Gravity Wells

This report is intended to be presented to high school students, with the aid of a gravity well. A simple gravity well that is familiar to most students is the coin well used by charities to collect donations. Here at UBC we had a gravity well made out of clear acrylic, by Ivor Yhap at the University of British Columbia. It was made by making a template of a 1/r curve, which was then used to guide a CMC lathe as it cut away a large block of acrylic. The well is about 30 cm in diameter, and 10 cm in height, with a 2.5 cm-diameter center hole. There is a raised ring around the outside of the top of the well, to prevent balls from rolling out. A dish is placed beneath the hole to catch balls. The well sits on four small jacks, which are adjusted until it is level. Very large balls (diameter 5 cm) "orbit" the center for the longest time before falling into the center, and it is easier to observe good ellipses with these large balls. The gravity well can be placed on an overhead projector, and since it is transparent, the three-dimensional motions of the balls seen as two-dimensional orbits. The only problem with this is finding a projector whose head can be raised enough to focus on the balls.

In the gravity well, the hole represents a large mass. Gravitational potential is proportional to 1/r, which is why the curvature of 1/r was chosen for the gravity well. One way of understanding the well is that it is a warp in space. If you take a flat plane, and particles move along this surface in a normal fashion, and you then stretch the center down, creating the gravity well, you have warped the space. Now the particles will move in an odd fashion, being pulled in by the gravity well as they try to continue along their paths. By using the third dimension to warp the motion of particles, we can look at the two-dimensional view of the particles as they are affected be gravity. By looking at the overhead, where we don't see any "depth" associated with the third dimension, we are watching the 2-D motion of particles which is warped by gravity.

In the same way, our 3-D space is "warped" by gravity. If you think about particles moving around in a normal fashion through three dimensions, and then you put a large gravitational field in this 3-D space, the field will warp the space and affect the motions of the particles. This is harder to visualize, because we cannot easily view a fourth dimension which will warp our 3-D view of the motions of particles. Because of the similar 1/r² dependence of the electric force between particles, the "gravity" well could also represent an electric potential well. Thus electric potential fields "warp" space in the same manner.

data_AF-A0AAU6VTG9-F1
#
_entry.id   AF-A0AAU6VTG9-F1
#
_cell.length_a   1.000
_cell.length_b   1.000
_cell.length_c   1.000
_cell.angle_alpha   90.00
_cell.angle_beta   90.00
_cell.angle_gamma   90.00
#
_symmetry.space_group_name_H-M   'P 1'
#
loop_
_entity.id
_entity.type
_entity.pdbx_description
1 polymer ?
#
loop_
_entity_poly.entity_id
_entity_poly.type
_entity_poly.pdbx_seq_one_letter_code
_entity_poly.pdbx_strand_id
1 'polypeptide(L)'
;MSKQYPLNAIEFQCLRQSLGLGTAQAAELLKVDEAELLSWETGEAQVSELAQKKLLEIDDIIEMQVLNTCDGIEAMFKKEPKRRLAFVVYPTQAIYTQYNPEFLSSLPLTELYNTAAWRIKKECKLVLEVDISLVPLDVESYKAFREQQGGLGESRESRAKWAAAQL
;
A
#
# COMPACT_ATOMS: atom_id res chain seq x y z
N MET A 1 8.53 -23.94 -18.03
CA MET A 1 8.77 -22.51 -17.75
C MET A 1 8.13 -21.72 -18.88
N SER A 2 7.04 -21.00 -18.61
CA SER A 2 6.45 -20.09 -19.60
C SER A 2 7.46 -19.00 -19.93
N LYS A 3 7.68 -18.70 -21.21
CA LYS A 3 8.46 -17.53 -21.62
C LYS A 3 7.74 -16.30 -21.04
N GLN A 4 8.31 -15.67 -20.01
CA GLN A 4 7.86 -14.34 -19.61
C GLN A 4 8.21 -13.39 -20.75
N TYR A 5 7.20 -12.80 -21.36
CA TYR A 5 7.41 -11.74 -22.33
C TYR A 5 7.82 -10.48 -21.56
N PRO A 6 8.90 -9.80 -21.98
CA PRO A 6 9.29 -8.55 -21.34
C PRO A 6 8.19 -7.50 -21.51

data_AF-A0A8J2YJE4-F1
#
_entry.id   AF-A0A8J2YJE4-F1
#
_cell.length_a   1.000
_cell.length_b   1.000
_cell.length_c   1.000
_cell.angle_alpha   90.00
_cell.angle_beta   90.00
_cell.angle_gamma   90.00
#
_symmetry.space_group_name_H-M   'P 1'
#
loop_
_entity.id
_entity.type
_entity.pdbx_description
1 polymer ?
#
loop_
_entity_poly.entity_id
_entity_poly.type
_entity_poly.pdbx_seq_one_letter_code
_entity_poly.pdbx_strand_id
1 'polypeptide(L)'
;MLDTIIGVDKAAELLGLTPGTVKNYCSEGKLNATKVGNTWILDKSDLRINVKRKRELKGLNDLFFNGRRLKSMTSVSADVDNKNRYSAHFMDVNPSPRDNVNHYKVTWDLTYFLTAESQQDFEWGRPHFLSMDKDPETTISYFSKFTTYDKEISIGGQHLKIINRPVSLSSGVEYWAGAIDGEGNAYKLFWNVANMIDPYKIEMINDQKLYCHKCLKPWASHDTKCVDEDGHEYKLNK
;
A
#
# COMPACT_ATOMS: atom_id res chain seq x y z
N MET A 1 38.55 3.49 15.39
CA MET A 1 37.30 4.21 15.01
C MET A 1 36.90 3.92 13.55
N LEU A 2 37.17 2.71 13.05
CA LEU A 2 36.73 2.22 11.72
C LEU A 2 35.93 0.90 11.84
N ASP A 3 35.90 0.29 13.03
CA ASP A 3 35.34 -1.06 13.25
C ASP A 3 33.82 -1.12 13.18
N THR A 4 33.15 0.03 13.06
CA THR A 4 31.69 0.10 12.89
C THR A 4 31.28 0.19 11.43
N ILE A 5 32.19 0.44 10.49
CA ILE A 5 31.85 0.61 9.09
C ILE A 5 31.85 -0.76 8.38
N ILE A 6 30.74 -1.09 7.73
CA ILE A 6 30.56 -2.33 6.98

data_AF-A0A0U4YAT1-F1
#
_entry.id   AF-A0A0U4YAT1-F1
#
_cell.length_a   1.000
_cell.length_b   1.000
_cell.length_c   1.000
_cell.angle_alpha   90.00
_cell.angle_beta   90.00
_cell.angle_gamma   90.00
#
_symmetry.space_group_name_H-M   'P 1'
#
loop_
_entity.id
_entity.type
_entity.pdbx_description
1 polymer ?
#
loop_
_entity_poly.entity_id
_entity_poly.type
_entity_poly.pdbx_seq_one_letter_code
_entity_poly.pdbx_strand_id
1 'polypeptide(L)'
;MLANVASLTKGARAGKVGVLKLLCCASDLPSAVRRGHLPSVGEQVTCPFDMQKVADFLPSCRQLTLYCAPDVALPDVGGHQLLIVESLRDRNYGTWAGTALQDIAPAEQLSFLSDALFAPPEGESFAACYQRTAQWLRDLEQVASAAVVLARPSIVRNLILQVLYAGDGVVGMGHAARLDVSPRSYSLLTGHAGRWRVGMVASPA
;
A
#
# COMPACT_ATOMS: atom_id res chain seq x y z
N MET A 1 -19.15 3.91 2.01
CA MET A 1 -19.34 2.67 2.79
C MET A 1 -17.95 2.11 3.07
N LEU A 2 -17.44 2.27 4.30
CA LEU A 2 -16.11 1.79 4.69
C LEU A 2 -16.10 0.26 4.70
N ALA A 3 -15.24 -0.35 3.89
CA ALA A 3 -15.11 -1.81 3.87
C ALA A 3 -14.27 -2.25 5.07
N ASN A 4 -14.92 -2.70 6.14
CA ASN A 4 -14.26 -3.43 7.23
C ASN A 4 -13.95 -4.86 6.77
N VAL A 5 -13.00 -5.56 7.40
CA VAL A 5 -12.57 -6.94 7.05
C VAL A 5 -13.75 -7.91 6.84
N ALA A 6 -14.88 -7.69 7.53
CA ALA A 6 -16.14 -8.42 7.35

A demonstration that is easy to make, and operates like a gravity well, is as follows: Take a piece of mylar (the stuff used for insulating windows in the winter), stretch it over the top of a circular rim, and attach it to the rim. You could use an embroidery hoop or the top of a bucket as a rim. If you've cut the bottom of the bucket out, you can put this on an overhead projector for a class demonstration. Use a hair dryer on the mylar to tighten it up, so that it is taut. Then you can roll ball bearings around on the mylar. Try leaving one heavy ball in the center, and rolling a small ball around to see "orbits". Or try using two medium-weight balls, and get them to "orbit" around one another. The demonstration is re-usable, because the mylar can be tightened at any time by using a blow-dryer again. This idea came from Dr. David Hobill, at the University of Calgary.

With the gravity well, you can observe how the speed of the ball changes as it's distance from the hole changes over it's elliptical path. With the strobe-light photographs, you can show Kepler's second law. You can see for yourself that elliptical paths work for orbits in a field whose force goes as 1 / r². And with the mylar demonstration, you can also see how two particles can orbit around one another. In reality, there are many systems of binary stars (two stars that orbit around each other), which operate in a similar fashion.

The main problem with these models is friction, which causes the balls to spiral into the centre. This would happen in reality if the kinetic energy of the particle is lower than it's gravitational potential energy, but often a system arises in which the two forms of energy are approximately equal. In space, which is essentially a vacuum, offering no resistance, the particles would continue in their elliptical orbits almost indefinitely. (Of course, space is not "perfect", and nor are the orbits of "particles" (ie planets, stars, galaxies, etc.)

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